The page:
The IRS Has the Power to Place Levies on Your Property

The most obvious way to stay on the IRS’ good side is to file your tax returns and pay your tax liabilities on time. You might be able to get away with not fulfilling these basic obligations for a while, but your luck will eventually run out. If you genuinely cannot pay what you owe to the IRS, the best thing to do is to be proactive and communicate to the agency what you are able to pay; usually, some sort of arrangement can be worked out. 

However, if you go long enough without fulfilling your obligations with the IRS and have continually ignored communications from the federal agency, you could be dealing with an IRS levy. A levy, simply put, is an aggressive tool at the agency’s disposal to collect on a U.S. person’s tax debt. If the IRS places a levy on your assets, they have effectively seized your assets and can sell them to satisfy the amount you owe. 

Before the Levy

To be clear, the IRS will not immediately place a levy on your bank accounts or garnish your wages if the check is in the mail. Generally, you will receive plenty of notice from the IRS, including: 

  • A Notice and Demand for Payment (once the IRS has assessed your tax liabilities and begun its collection efforts)
  • A Final Notice of Intent to Levy and Notice of Your Right to A Hearing, which must be sent to you at least 30 days before any levies are placed on your property

The final notice should only be sent to you after you have received the first notice and have ignored it. 

What Does an IRS Levy Look Like?

The IRS can levy your property in a variety of ways. An asset that the IRS commonly levies is the bank account of any non-payers. If this happens to you, the process is fairly straightforward; the IRS will direct your financial institution to freeze your funds for 21 days, then take out money to satisfy your debts.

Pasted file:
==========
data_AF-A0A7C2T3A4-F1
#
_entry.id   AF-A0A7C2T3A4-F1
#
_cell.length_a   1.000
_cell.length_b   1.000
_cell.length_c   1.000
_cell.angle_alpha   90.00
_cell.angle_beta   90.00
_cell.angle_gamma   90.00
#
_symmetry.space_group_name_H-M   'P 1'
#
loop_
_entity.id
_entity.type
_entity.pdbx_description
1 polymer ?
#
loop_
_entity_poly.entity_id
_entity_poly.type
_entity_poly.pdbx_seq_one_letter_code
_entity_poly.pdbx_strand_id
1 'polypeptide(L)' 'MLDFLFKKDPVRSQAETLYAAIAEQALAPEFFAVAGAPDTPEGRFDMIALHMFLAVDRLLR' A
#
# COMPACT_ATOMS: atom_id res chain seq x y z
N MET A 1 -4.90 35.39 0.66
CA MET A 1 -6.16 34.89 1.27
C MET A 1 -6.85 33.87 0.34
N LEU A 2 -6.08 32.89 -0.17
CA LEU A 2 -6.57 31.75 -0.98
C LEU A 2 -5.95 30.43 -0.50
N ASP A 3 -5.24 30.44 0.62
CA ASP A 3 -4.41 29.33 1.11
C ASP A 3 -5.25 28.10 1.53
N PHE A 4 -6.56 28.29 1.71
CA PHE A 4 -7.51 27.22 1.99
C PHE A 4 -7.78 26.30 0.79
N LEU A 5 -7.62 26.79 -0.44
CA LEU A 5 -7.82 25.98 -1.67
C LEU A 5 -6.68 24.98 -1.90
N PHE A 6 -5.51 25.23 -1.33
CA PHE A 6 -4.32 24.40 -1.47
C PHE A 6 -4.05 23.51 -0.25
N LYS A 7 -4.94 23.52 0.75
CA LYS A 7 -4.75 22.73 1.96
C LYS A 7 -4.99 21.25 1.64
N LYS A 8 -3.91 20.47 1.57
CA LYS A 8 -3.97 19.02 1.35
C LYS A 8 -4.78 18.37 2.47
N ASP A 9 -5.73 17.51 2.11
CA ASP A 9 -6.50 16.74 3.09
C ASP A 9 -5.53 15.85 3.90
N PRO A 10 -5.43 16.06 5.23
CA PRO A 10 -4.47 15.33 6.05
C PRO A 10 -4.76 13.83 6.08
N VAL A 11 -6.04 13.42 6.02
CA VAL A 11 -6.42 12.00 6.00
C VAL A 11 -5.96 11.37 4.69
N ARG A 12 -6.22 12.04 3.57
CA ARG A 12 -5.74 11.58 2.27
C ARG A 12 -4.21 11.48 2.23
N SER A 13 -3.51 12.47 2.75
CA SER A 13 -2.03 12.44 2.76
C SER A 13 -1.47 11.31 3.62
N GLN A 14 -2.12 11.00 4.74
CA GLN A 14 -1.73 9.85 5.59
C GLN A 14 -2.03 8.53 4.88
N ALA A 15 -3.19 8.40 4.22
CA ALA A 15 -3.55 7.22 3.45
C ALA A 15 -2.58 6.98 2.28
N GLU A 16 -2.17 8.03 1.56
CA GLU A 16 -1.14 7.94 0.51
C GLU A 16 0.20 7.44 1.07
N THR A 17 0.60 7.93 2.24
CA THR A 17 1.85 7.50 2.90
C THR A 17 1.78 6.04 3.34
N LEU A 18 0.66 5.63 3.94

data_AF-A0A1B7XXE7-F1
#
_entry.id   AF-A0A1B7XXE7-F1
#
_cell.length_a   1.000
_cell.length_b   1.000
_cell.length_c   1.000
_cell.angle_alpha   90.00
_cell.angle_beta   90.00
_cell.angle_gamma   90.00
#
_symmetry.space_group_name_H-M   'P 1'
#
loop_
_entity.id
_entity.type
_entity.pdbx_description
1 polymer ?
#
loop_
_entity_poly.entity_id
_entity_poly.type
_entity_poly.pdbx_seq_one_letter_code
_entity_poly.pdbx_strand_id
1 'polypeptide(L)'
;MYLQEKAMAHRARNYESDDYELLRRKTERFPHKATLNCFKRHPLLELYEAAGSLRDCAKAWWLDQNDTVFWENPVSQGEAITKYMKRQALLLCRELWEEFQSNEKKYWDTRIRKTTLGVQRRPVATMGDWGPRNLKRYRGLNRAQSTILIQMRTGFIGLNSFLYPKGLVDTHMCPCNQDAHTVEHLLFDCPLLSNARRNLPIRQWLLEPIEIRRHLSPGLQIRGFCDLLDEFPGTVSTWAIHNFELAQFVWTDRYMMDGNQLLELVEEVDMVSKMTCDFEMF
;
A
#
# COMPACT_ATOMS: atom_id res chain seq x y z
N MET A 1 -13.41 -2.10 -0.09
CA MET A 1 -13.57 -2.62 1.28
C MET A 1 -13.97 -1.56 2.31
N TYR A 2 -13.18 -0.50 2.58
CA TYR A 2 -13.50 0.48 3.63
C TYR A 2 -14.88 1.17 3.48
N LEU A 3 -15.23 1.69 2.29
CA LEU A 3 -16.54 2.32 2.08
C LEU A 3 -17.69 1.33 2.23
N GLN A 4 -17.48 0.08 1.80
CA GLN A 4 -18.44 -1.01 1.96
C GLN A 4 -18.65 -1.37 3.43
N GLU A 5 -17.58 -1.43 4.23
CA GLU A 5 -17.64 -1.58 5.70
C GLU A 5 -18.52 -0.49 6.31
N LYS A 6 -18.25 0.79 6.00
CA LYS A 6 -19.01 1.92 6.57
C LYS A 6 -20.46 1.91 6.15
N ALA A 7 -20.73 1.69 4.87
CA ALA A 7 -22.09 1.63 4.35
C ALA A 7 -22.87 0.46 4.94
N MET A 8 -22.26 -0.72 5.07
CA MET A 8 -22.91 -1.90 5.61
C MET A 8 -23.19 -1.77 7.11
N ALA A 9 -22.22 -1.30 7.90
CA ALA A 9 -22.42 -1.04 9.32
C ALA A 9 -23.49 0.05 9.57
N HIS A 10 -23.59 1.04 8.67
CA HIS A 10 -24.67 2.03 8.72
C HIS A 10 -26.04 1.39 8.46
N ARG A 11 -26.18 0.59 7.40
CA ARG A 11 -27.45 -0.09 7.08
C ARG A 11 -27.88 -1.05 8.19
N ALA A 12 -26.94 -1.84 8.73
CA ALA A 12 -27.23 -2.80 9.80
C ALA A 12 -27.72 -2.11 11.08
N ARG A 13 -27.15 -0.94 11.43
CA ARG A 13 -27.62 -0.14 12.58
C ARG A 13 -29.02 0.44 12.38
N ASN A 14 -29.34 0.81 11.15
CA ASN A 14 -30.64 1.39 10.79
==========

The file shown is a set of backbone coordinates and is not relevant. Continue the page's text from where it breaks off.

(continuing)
The process gets somewhat more complicated if the IRS places a levy on other assets, like a vehicle, boat, or house. Your interests in the asset will be sold after the IRS gives you the minimum bid price for your property. 

What Can You Do About a Tax Levy?

The best thing to do is contact the IRS as soon as you can. You might be able to get the levy released if it is causing you an immediate economic hardship. If you are not able to get the IRS to release the levy, you can appeal. You should, though, have experienced legal counsel by this point so you are in the best possible position. Weisberg Kainen Mark has several decades of experience dealing with the IRS and would be more than happy to help you if you are in a bind. Please fill out a form on our website to get started with a consultation.

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